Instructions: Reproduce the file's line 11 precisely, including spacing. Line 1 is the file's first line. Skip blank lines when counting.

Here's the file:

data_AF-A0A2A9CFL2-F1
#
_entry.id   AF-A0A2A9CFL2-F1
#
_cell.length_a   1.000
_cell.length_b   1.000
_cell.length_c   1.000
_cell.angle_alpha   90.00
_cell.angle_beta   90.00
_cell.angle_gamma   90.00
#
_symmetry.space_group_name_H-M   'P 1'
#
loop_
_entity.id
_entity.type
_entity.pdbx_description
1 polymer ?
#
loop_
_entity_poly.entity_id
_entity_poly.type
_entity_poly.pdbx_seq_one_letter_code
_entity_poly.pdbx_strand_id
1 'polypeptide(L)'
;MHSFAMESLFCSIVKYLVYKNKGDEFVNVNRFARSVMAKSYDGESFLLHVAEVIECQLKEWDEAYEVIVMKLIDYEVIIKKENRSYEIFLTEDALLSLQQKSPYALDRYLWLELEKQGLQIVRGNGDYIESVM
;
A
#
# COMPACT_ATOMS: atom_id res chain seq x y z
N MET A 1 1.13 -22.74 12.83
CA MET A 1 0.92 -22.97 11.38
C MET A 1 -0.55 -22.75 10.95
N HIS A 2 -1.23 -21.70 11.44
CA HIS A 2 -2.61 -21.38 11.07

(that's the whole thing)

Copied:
#